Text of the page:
Sunday, 27 December 2009

Iceland #1

Millennium People is back, with a new look (pretty sweet), new series of posts, but the same agenda: to examine the spirit of the times, to psychoanalyse the people of the new millennium. Yeah, yeah, you've heard it all before; to the meat in the millennial sandwich...

Iceland is a microcosm for the current global condition. Crippled by the last financial crisis, it is also the home to several of the world's largest glaciers, all of which are quickly disappearing. It is the only country powered by 100% renewable sources, and is one of only two countries permitted to hunt whales (the other is Japan). Down its middle is a ridge formed from the tectonic movement of the European and American plates, shifting against each other at the rate of about 1cm a year. In 20 million years Iceland will be the largest nation in Europe.

Examining the country in terms of energy and sustainability, the development of both global warming and global economic systems has practical applications at a larger scale. Over the next couple of posts Millennium People will recount its exploits to the strange land of Iceland...

Friday, 25 December 2009

seasons greetings millennial peeps

The lights in the next town over – reminding us all about the true spirit of Christmas.

stocking fillers (ho ho ho)

Santa and his elephant, via Minesota Historical Society, see also Sociological Images on Black Pete...

Fill your stockings with this hefty packet of links: arranged in no particular order.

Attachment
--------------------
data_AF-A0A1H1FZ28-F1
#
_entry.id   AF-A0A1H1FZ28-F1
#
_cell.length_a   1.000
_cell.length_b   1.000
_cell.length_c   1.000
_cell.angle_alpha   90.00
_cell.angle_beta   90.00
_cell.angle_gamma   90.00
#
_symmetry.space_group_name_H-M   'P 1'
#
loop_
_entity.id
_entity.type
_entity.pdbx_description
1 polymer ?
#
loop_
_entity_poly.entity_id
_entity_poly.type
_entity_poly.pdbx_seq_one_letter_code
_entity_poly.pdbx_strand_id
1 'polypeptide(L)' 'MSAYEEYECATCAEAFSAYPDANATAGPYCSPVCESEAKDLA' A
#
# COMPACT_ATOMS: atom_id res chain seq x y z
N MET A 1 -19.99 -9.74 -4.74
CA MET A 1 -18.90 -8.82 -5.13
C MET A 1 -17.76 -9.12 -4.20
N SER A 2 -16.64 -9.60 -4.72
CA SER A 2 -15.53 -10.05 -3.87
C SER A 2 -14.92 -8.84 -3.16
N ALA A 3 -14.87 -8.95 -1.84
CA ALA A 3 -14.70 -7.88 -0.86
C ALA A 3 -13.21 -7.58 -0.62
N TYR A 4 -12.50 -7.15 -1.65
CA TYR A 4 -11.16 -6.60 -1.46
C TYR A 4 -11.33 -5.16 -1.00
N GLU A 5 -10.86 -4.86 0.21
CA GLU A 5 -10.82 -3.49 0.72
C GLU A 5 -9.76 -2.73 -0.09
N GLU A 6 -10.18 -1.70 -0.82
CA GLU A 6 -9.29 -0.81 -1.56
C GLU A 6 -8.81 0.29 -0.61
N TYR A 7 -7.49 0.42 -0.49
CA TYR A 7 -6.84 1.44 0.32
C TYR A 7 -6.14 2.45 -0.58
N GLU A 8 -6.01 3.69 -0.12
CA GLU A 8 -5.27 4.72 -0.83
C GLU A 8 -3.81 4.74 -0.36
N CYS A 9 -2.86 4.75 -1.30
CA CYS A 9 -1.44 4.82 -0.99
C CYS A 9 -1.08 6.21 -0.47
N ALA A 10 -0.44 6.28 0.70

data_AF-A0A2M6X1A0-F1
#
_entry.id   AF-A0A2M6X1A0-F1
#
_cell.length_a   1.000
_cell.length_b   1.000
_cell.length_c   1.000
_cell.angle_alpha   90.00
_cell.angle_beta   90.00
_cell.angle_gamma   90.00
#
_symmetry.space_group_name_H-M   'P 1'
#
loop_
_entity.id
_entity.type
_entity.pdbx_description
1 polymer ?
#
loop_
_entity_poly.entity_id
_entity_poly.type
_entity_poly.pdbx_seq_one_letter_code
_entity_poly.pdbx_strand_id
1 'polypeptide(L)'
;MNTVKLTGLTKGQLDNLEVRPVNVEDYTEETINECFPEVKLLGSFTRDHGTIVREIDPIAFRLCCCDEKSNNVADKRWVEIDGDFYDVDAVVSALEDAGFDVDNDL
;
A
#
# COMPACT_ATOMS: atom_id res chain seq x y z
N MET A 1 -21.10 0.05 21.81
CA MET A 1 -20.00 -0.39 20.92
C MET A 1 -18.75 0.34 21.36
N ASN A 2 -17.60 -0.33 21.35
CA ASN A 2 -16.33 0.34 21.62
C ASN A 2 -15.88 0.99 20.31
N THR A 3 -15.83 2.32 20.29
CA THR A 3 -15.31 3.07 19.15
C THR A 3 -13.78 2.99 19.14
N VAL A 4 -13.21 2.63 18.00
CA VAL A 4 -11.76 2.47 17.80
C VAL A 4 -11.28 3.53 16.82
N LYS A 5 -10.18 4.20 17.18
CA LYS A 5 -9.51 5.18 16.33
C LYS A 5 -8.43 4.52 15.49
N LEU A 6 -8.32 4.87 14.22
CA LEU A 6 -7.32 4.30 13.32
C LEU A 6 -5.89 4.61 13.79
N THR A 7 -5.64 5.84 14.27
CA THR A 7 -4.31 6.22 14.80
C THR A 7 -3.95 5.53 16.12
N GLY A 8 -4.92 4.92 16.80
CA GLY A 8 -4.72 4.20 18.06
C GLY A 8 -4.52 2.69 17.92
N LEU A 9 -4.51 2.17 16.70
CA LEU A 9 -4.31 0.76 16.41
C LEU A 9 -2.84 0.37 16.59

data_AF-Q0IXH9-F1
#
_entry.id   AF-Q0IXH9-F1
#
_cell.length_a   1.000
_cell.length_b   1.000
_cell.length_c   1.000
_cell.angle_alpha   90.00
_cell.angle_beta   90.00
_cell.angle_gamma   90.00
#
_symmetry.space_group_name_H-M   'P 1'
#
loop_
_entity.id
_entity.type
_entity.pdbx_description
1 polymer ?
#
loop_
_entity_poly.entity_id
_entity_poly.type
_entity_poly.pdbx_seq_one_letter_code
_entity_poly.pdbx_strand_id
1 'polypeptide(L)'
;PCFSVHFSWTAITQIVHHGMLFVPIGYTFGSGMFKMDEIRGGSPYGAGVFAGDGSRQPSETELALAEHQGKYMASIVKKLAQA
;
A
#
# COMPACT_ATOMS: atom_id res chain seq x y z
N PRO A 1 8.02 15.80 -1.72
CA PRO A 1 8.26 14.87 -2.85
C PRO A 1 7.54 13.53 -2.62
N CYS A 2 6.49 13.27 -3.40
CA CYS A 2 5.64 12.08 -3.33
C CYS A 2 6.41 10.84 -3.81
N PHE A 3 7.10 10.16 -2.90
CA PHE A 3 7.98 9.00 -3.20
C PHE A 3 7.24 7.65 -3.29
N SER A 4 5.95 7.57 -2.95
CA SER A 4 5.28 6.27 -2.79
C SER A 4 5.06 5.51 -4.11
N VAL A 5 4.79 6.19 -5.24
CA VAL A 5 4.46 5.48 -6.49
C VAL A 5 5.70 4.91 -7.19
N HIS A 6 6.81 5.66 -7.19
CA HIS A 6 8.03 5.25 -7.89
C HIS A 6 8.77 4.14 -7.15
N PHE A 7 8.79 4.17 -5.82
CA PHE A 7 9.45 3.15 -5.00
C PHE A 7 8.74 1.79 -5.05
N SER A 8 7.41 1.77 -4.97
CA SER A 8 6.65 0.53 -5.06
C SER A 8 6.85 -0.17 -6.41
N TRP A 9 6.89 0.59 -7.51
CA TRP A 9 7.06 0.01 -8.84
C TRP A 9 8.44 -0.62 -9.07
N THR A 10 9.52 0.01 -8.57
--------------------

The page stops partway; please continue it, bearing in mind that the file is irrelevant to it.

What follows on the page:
Top 10 people who died too young. Related, Young Gallery (not really, its cool pictures of animals and shit); what breakfast cereal you should eat; related, Cairo: garbage city; the Japanese ex-mining town/modern ruin that is Gunkanjima; abandoned malls (a really good one that); Sustainability is a myth; Badass of the week.

Drawings of Ray guns; tricks of the eye? street installations; like, what even is that thing, in that jar? Thing in a jar; stupid IT questions; DIY converting text to binary; how to dress up like a lego man; emoticons from the 70's made with a typewriter; a weird, but gramatically correct sentence: Buffalo buffalo Buffalo buffalo buffalo buffalo Buffalo buffalo.

Send a postcard from NASA to the International Space Station; Star Trek was the most ripped off film of the year; Retro Junk; Tracing the journey of a single bit; comic about cars and murder; someone once asked me, 'how do you go about drawing the face of someone you've never seen?' Dude, Flashface.

Shrigley's notice; mind over matter; Lem's lost opera; London, now and then; an existential video game that's doing the rounds; the world's first functioning molecular transistor; the future of the World...

The first time I've ever done a fistful and not referenced Things.

Via Norwegian photographer Rune Guneriussen

Thursday, 24 December 2009

unfinished 2009 drafts #1: data visualisation

From top: Dan Hill's 'The Cloud'; 'Sound as object' via Generator X; Toyo Ito's 'Tower of Winds'; Weather Bracelet from The Teeming Void.

This is an unfinished draft from 2009, there are two others which have been chronologically placed into the archive (#2 & #3)...